Goin’ Whole Hog
So, I’m casually reading the New York Times this morning, half-skimming my way through their most recent article responding to the LA Times value-added controversy (or, as I’ve taken to calling it, “The LAT VAM-Sham”). At least, I was half-skimming my way through it, until I got to this part:
In many respects, this movement [to quantitatively evaluate teacher effectiveness] is overdue. Given the stakes, why should districts be allowed to pretend that nearly all their teachers are similarly successful? (The same question, by the way, applies to hospitals and doctors.)
“Hmmm…” I thought to myself. “Maybe I’ve been looking at this whole thing the wrong way. Maybe this new value-added trend is something to be embraced. We really oughta go whole hog on this thing– quantify everything! Shame everyone, in every profession, who doesn’t ‘measure’ up!” So, you heard it here first, folks– I’m on the value-added bandwagon!
Well, not for teachers, though. To really do this thing right, I have to start pushing for change in a field about which I know very little. Since the New York Times already mentioned doctors, and since they are dealing with life and death in their offices, I’m going to start devoting my energy to medical reform. I’ve been going to doctors my whole life, and I’ve read a lot of books about medicine, and I watched an episode of House once. (I can haz federal grant now, plees?)
Now, I hear there’s an obesity crisis in America. I haven’t studied it or anything, but I hear and read about it all the time. The story goes something like this: Americans are big and getting bigger, and bigness causes diseases or something. And those diseases are expensive and uncomfortable and can kill you. So we have to put a stop to that. Doctors are the only ones who can help us.
(Wait. I gotta sneak Data in here somehow. Fatness Data, Fatness Data…OH!)
Ok, here’s how we’re going to crack down on BAD DOCTORS who are keeping Americans dangerously unhealthy and fat! Let’s pass a law requiring group medical practices to tie doctors’ pay and employment to the value they add to their patients’ lives. Let’s use Body Mass Index as our measure.
(I bet I could get this lady to work as the PR rep for this new campaign. She has the courage to say what we all are thinking but don’t dare to speak aloud: “Let’s finally recognize obesity as abuse—abuse of our children, abuse of ourselves—and together take action against it.” Exactly, MeMe. And these bad doctors are abusing us!)
The Body Mass Index was created by a Belgian mathematician. So, already this should have some cachet: This dude wasn’t a doctor, so we can be sure his calculations won’t be at all self-serving or biased by things like “relevant experience” or “practical knowledge of whatever the heck he’s talking about.” Sure, it’s an imperfect measure, and it was created a long time ago, and it wasn’t intended to be used for calculating obesity, and it doesn’t capture everything that we know affects human health. But it’s a number. And numbers, whatever their flaws, are better than human judgment. If we’re going to make any headway here, and stop the CRISIS before we all die of fatness, we have to start somewhere.
Uh oh. Doctors are protesting. They’re saying that they can’t control their patients’ BMIs. Body shape is largely genetic, and they can’t control that or our lifestyle choices. Clearly, these are the whines of lazy, ineffective practitioners. If they were REALLY good at their jobs, they could motivate us to overcome our genes by working out more, and stop us from putting bacon on our cupcakes. No excuses, people! We are in the midst of a CRISIS. If some doctors cannot or will not show progress toward the goal of moving 100% of their patients into the normal BMI range of 18.5 – 24.9, they need to be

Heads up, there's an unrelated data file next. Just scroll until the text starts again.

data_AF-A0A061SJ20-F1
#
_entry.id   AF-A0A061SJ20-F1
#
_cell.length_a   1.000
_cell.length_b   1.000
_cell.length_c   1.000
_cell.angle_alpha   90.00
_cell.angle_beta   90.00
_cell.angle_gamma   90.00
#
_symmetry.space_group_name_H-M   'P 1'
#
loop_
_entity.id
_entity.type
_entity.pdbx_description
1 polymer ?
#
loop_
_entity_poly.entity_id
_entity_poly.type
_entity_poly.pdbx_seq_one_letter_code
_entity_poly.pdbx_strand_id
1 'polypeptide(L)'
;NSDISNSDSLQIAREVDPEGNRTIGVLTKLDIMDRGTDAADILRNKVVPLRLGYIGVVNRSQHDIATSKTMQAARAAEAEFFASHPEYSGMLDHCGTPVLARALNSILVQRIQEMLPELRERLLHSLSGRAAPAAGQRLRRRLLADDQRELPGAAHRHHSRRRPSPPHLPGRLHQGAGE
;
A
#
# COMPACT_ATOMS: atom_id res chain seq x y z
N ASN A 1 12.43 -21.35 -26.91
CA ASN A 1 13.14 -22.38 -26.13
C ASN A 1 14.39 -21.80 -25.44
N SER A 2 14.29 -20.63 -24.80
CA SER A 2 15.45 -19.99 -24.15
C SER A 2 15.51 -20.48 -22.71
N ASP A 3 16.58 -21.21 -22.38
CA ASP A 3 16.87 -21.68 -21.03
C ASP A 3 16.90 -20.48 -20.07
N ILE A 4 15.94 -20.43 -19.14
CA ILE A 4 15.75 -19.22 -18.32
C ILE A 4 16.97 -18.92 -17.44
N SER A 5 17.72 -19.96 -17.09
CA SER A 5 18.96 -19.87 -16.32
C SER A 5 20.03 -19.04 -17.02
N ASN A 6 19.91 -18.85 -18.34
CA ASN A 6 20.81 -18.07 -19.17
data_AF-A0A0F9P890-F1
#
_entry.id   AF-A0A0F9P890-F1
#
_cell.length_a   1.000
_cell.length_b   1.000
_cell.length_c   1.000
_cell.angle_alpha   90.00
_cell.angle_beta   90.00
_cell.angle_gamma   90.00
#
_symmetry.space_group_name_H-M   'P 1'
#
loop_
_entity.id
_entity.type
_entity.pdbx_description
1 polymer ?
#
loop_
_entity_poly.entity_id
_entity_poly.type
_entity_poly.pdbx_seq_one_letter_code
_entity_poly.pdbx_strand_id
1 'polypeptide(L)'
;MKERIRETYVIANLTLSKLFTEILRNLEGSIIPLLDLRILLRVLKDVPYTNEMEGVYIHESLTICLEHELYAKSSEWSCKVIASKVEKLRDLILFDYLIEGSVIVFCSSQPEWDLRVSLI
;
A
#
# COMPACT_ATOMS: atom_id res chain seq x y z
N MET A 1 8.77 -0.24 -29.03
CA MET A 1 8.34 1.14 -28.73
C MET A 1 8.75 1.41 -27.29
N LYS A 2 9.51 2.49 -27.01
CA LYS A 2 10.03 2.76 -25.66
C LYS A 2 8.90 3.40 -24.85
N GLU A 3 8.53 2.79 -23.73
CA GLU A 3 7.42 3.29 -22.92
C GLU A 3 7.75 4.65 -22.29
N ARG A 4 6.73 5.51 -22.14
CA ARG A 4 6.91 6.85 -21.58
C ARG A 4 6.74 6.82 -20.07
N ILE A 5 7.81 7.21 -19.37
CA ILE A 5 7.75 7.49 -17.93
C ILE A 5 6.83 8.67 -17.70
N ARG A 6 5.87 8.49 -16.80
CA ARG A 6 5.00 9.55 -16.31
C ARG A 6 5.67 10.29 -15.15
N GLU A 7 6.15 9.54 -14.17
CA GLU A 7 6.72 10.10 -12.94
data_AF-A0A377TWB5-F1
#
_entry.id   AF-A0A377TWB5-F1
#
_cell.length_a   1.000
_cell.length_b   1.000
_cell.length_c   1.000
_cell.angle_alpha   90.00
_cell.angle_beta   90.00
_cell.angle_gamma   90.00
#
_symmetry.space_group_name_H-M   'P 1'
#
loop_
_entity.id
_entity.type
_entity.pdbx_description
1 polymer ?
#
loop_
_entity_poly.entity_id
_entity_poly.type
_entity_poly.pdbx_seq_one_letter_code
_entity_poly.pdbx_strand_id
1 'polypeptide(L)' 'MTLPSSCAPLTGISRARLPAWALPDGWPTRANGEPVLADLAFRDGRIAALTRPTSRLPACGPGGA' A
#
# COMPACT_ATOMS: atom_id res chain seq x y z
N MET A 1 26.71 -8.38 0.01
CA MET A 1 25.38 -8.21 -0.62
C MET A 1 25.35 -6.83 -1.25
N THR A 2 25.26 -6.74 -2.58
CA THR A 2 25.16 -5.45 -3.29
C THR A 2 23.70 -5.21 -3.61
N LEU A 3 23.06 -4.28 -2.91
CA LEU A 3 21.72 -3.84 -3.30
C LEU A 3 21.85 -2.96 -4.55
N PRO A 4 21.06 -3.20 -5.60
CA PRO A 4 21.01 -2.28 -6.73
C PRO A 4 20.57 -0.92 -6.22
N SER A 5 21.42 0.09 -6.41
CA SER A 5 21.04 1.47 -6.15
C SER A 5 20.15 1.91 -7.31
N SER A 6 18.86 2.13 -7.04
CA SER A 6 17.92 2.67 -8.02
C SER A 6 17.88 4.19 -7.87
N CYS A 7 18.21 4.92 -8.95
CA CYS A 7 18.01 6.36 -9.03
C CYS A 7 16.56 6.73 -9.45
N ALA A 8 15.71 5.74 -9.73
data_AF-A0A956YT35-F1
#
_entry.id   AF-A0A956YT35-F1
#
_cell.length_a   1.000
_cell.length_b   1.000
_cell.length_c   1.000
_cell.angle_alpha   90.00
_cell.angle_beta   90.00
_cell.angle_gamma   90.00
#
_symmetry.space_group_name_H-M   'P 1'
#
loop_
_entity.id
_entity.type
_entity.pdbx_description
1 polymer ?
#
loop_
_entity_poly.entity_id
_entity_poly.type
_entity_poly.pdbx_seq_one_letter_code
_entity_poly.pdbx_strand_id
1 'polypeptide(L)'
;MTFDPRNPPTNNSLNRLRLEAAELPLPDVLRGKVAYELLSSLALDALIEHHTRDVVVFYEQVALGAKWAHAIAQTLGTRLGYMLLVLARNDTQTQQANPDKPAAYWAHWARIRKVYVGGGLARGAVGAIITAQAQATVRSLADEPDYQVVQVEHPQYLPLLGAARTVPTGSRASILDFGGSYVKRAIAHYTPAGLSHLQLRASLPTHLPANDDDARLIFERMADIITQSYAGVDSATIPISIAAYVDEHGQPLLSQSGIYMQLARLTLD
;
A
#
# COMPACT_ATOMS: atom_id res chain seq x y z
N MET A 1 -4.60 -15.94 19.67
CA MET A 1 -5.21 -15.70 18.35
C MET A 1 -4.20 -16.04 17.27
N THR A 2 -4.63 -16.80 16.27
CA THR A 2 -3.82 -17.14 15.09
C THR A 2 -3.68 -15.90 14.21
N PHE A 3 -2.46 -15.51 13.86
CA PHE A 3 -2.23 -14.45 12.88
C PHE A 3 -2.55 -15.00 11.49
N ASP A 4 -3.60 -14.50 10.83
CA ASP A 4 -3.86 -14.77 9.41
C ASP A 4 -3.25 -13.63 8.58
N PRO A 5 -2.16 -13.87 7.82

eliminated. given additional help.
(But how will I make sure they get that help? Medical practices have had access to each doctor’s patients’ heights and weights for years, and they haven’t acted on that information. I know! I’ll assemble a team and we’ll analyze the data ourselves, and see which doctors are making the most progress. 2/3 of my team has to be named Jason. Then we’ll publish it here,
to boost my readership so everyone can see it. Then people can make truly informed decisions about their care. Mmm… markets. Almost as great as bacon.)
Oh, what now? Ugh, some doctors and their allies are still complaining about unfairness. Apparently, doctors in poor communities are saying it’s unfair to label them as bad doctors because their patients have few safe places to exercise, and have to work all the time, and junk food is cheaper than healthy food and they can’t afford to visit the farmer’s market. (World’s tiniest violin! I’m sure they could spend their free time getting grants to help their patients out if they cared.) And other people are questioning the value of this approach in general, since no one has actually proven that fatness causes disease and people can be healthy at any size. And this one’s saying that extra weight can actually help you live longer…wait, what? And it classifies professional athletes and hot actors as obese? Wha?!?
Stop trying to confuse me with well-reasoned arguments and facts, people! The bottom line here is that we are in a CRISIS. If we have to start thinking about cleaning up the environment, or addressing the subsidies and other things that make junk food artificially cheap, or re-build the suburbs to make them more pedestrian friendly, or make cities safer so people in low-income communities can go jogging, we’ll never get anywhere! We can’t hold everyone accountable for this situation, can we? That’s totally unrealistic
and if that happens, then fewer doctors will prescribe the magic weight loss pill in which I just invested heavily!
Ok, forget it. Clearly, no one here is interested in improving. I’m going to go interview some teachers and parents, since they still care. And maybe eat some bacon.